Sunday, October 10, 2010

Stencil Fail and Lesson Learned

I wholeheartedly advocate finding cost cutting ways to decorate a home.  I absolutely believe that anyone can get great style and tons of impact without spending a lot of money.   Great style on any budget -  yadda, yadda, big fat yadda.  A while back, I got a bug in my ear about dressing up my boring guest bedroom.  I’d LOOOOVE to do some really gorgeous wallpaper on the headboard wall and glam the place up big time but alas, wallpaper is not in the budget and it’s a little outside my comfort zone to try to install on my own.    

Photos from

 Well, imagine the thrill, the absolute THRILL when I stumbled upon inspiring posts like this one over on Fresh Crush  (I will remain eternally amazed and insanely jealous of her perfect-looking application!).  Inspired to the gills and raring to get my stencil on I headed out to pick up my supplies.   Back home with my loot and a wide open weekend stretched out ahead of me I began.
 After cutting out my stencil, getting my paint and brushes ready, finding the center of my wall, cranking some “I’m in the mood to paint and rock!” tunes, I rolled on my first bit of to-die-for-cerulean paint.  A few rolls of my sponge later I gingerly peeled back the stencil, excitement barely contained and right away I thought to myself, “This, is gonna look like shit”.    But I kept at it because clearly I have masochistic tendencies. 
Here began the desperate process of deluding myself. 
“I’ll just do a couple of rows and see what I think then”,   I said. 
“It’ll get easier the more you do it”, I said. 
“You can always go back over the edges after it’s finished”, I said. 

“No one’s gonna see all the imperfections once the room is put together”, I said.

That's my pup Abby laying on the bed with her back turned.  Even she knows this isn't going well.

So I persevered.  I covered half of the wall over the next two days, my stencil tripling in thickness with all the paint being rolled onto it row after row after kinda-sorta-mostly-straight-ish row.  Come Monday I still wasn’t too sure about the whole thing but I wasn’t ready to give up either.  I figured I would just mull it over throughout the workweek and come back to it Saturday morning with a newfound energy and appreciation for my efforts.
Saturday morning arrives.  I am ready to bang this wall stencil out!  I’m already picturing my glorious “Lookie Lookie What I Did This Weekend!” post and the super-effusive, congratulatory posts in my comments.
B and I are standing in the doorway, staring at the turquoise disaster on the wall.
Me: “Does this look like shit?”
B: “Well, if you’re asking you must think …..”
Me: “It looks like shit.”
You can see where my rows started to get a bit wonky
Then I spent the next two hours painting over my epic stencil fail with a leftover can of the most perfect chocolate-brown paint. 
Judging solely by these photos, you might think I’m being just a tad dramatic and a little too hard on myself.  Maybe, but up close all I could see were the imperfections.  The brush strokes, the smudges, the spots and splotches from where the paint crept under the stencil and bled outside the lines.  This did not look like an inexpensive yet genius alternative to designer wallpaper.  This shit looked like a hot, crafty mess and I hate crafty.  Hate it.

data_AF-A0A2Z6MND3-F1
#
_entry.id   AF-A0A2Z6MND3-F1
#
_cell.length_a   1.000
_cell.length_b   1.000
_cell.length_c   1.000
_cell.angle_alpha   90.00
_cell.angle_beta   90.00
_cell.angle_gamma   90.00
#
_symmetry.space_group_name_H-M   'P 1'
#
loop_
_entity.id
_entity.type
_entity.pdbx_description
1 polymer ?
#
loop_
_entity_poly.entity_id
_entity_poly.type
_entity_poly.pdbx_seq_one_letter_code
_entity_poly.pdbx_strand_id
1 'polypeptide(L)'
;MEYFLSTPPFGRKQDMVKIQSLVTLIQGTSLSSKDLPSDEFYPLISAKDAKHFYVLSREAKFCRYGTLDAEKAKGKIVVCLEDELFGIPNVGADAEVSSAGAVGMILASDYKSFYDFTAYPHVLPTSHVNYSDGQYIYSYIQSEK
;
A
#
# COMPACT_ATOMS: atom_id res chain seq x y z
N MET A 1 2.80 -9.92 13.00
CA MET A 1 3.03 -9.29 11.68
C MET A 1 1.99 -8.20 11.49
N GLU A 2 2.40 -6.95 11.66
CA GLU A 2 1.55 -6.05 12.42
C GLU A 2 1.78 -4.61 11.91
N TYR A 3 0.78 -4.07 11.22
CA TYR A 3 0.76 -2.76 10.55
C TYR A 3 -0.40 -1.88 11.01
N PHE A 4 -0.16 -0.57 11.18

There are several inspiring tutorials on the DIY blogosphere about using an allover stencil to create the look of expensive, designer wallpaper.  This post is not a knock on their projects because it was their beautiful photos and enthusiasm that inspired me to give this a try.  My hat is truly off to all those who took this project and ran with it to make something they absolutely love.  
For me, it comes down to this: if you really, really want the look of designer wallpaper there’s only one way to get it. Save up and buy the damned designer wallpaper.  Seriously.
Because sometimes there are no shortcuts to getting a designer look.  Sometimes things that look truly amazing and knock-your-socks-off-gorgeous are going to be expensive.   And as I found out this weekend, sometimes things that are cheap can wind up looking cheap. 
There is a delicate balance between the budget I have to work with and the level of quality I seek that as both a designer and a DIY’er I still struggle to find.  Luckily this lesson didn’t cost me very much in terms of money but it has definitely served as a reminder to recognize when it's time to scrap an idea and move on to Plan ‘B’.   
Now excuse me while I go gather up some stencil supplies that need to be set on fire.


  1. Oh Sarah...I love your honesty here! Why? Because all of us "non-designers" look at everything you do with Awe and Admiration, which in 99% of the time you are so deserving! But to hear that even with your talent, your education, your eye for design and creativity you too have flub-ups. Thank you for making us feel better with all the mistakes and re-do's we have had to do over the years. You remain an esteemed designer in my book!

  2. LOL! That is so freaking funny. I tried stencil once too, and it was a hot crafty mess. I couldn't agree more. No matter how hard you try to get it right, it isn't easy to keep the paint from getting up under that stencil.

    I would like to get up the courage to freehand paint something in my home, but I haven't found it yet.


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